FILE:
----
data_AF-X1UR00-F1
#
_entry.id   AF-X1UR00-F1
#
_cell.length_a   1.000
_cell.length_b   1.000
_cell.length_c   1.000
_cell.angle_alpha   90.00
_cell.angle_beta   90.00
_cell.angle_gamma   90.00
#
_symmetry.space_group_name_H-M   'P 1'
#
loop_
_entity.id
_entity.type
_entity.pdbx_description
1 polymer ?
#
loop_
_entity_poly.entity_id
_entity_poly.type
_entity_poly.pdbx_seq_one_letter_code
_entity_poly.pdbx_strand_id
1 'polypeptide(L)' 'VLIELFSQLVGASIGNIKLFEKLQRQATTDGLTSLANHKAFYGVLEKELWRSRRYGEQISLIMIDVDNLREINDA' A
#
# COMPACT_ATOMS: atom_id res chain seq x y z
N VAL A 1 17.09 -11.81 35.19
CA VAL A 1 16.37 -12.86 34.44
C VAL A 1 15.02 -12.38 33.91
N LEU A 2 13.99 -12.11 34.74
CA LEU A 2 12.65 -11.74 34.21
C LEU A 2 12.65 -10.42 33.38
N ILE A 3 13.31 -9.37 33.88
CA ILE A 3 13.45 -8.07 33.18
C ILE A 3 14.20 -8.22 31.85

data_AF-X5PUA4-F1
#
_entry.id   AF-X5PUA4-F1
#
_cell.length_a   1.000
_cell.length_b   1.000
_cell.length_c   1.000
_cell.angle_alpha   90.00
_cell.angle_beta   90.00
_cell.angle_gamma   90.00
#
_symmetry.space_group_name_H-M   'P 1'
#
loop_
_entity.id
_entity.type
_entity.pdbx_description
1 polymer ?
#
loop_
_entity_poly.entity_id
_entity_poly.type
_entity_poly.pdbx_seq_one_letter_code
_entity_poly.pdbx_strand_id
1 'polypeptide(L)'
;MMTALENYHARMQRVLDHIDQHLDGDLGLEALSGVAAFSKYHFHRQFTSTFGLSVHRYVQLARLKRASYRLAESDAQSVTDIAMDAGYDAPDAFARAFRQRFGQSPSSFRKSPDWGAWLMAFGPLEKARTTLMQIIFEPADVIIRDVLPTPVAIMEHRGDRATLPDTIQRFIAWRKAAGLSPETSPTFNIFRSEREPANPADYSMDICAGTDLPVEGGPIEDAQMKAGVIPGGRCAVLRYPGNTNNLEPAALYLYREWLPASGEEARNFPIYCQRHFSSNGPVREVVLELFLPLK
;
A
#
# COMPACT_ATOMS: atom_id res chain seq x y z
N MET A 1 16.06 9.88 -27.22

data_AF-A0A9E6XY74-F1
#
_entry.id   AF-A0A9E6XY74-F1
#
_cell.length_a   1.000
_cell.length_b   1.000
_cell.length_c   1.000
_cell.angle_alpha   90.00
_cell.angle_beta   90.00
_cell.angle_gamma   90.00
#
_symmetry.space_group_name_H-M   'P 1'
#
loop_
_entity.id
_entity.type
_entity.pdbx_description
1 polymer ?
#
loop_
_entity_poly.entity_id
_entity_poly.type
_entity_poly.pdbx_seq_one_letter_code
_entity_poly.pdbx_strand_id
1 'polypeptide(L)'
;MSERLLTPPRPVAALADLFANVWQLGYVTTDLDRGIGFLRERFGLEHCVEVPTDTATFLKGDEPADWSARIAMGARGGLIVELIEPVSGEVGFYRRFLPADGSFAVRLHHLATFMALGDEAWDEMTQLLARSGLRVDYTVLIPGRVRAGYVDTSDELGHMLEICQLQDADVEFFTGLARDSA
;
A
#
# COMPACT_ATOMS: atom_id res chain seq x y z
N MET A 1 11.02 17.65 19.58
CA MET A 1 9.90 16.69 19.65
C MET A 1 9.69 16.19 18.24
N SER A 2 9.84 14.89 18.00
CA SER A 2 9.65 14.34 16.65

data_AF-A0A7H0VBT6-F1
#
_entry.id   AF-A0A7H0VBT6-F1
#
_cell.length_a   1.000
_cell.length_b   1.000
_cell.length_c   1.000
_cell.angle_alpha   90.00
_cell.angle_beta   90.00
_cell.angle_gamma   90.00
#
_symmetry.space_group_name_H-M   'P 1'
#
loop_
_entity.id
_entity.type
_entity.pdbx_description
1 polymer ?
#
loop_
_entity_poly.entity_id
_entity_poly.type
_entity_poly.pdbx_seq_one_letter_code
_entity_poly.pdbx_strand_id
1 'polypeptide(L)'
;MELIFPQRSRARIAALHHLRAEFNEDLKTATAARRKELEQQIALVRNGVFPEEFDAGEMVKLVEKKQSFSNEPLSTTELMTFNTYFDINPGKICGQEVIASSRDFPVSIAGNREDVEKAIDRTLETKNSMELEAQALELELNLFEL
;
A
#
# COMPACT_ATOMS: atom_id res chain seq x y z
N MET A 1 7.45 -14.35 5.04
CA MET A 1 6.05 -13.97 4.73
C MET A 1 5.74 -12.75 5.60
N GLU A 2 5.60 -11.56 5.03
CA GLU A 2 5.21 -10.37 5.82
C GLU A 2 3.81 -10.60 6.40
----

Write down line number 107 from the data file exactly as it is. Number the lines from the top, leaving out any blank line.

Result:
_cell.length_a   1.000